Anger, emergency measures in smog-stifled Balkan cities
BELGRADE – Major cities in a series of Balkan countries have been hit by dangerous levels of smog in recent days, prompting anger among residents and official warnings to stay indoors and avoid physical activity.
Serbia's government called an urgent meeting to address the problem Wednesday, shortly after a peak in weekend air pollution levels prompted emergency measures in Bosnia's capital, Sarajevo.
A report last year by the U.N. Environment Program said Sarajevo has some of Europe's highest air pollution concentrations, while on average people living in the Western Balkans lose up to 1.3 years of life to air pollution.
Croatian police on Wednesday also urged citizens in the capital, Zagreb, to use public transport and avoid bikes or scooters.
High concentrations of toxic air particles are typical during winter in Balkan countries that largely depend on coal-fueled power plants, and where people drive old cars and use wood and coal for heating. In recent days, windless weather conditions and thick fog have exacerbated the problem.
While dozens of towns and cities throughout the region are suffering, the worst hit has been Sarajevo, built in a deep valley ringed by mountains.
For most of the past week, Sarajevo's levels of airborne PM10 particulate matter have been at least twice — and sometimes eight times — higher than the European Union safety limit.
The soaring pollution has angeredenvironmental activists in both Bosnia and Serbia, who say authorities are doing too little too late.
“The air we breathe is poisoning and killing us,” Dobrica Veselinovic, from the Do Not Drown Belgrade group, wrote in an open letter this week demanding the resignation of Belgrade's mayor. “Why isn't anyone doing anything?”
Belgrade has been wrapped for days in a cloud of smog that particularly afflicted lower-lying areas. The city health authorities' web page carried an alert Wednesday with the succinct warning: "The air in Belgrade is polluted!"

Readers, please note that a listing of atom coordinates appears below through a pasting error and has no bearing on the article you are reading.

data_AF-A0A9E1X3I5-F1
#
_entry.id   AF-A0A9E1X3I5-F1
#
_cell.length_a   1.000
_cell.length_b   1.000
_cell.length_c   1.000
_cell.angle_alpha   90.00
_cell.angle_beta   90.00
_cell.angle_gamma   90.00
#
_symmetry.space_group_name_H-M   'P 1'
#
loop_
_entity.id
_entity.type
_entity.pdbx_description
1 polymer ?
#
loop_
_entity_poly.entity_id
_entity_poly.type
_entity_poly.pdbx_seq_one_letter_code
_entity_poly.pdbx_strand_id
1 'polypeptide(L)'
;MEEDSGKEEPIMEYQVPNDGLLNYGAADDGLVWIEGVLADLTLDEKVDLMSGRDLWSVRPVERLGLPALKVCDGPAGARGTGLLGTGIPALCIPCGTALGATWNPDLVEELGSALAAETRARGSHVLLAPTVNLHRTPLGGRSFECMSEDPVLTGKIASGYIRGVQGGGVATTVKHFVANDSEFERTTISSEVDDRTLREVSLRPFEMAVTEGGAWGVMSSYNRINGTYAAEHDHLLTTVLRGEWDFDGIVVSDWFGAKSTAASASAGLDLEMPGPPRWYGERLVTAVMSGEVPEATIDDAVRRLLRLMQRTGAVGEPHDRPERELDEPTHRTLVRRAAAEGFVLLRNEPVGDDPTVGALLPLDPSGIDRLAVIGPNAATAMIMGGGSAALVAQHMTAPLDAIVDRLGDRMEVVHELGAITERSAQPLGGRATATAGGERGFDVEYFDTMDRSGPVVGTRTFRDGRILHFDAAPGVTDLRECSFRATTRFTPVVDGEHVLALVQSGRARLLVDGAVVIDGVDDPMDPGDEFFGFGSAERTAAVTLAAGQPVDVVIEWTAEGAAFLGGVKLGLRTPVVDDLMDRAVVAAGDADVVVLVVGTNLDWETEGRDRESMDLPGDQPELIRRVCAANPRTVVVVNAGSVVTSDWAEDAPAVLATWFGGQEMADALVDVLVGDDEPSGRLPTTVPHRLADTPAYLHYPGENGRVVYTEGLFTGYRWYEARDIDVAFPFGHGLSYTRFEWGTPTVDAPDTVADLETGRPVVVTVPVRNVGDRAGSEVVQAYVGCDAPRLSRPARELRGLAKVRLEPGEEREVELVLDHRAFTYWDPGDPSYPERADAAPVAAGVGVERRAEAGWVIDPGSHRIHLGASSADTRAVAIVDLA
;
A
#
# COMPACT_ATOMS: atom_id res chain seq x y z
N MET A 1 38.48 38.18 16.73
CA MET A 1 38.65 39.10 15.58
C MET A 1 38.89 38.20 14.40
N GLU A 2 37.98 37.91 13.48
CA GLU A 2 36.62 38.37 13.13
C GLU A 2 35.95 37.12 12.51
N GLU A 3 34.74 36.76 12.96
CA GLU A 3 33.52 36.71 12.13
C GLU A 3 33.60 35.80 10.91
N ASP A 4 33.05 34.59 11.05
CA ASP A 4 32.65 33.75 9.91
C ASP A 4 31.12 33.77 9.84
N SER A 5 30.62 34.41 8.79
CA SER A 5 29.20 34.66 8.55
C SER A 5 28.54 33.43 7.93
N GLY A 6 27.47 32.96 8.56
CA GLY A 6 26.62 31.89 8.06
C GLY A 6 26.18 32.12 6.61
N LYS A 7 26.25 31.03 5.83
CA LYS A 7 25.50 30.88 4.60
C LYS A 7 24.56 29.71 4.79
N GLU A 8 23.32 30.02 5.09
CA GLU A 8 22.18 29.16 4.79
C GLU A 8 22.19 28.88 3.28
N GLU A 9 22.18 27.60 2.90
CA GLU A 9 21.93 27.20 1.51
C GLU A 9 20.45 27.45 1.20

But government health officials advised against panic. They attribute the problem to a combination of inefficient energy consumption, outdated industrial equipment and use of fossil fuels in winter, including low-quality brown coal.
Experts have warned that these and other environmental setbacks could even stall efforts by Serbia and other Balkan countries to join the European Union.
In Bosnia, activists have blasted the government for relying on short-term measures during the crisis days — such as banning diesel vehicles and recommending the use of face masks — while not dealing with key issues, such as the proliferation of tall buildings that block the air flow.
The Swedish embassy to Bosnia warned this weekend on Twitter that Sarajevo was “in a category of its own when it comes to bad air quality.”
Sarajevo authorities have cut ticket prices for the city's cable car that leads to the nearby Trebevic mountain, as residents head for popular ski resorts to avoid pollution.
In EU member Croatia, police said t he bloc's air pollution standards were exceeded in part of Zagreb on Wednesday. A police statement urged citizens to avoid open-air activity and cut down on smoking.
Sabina Niksic contributed from Sarajevo, Bosnia-Herzegovina.
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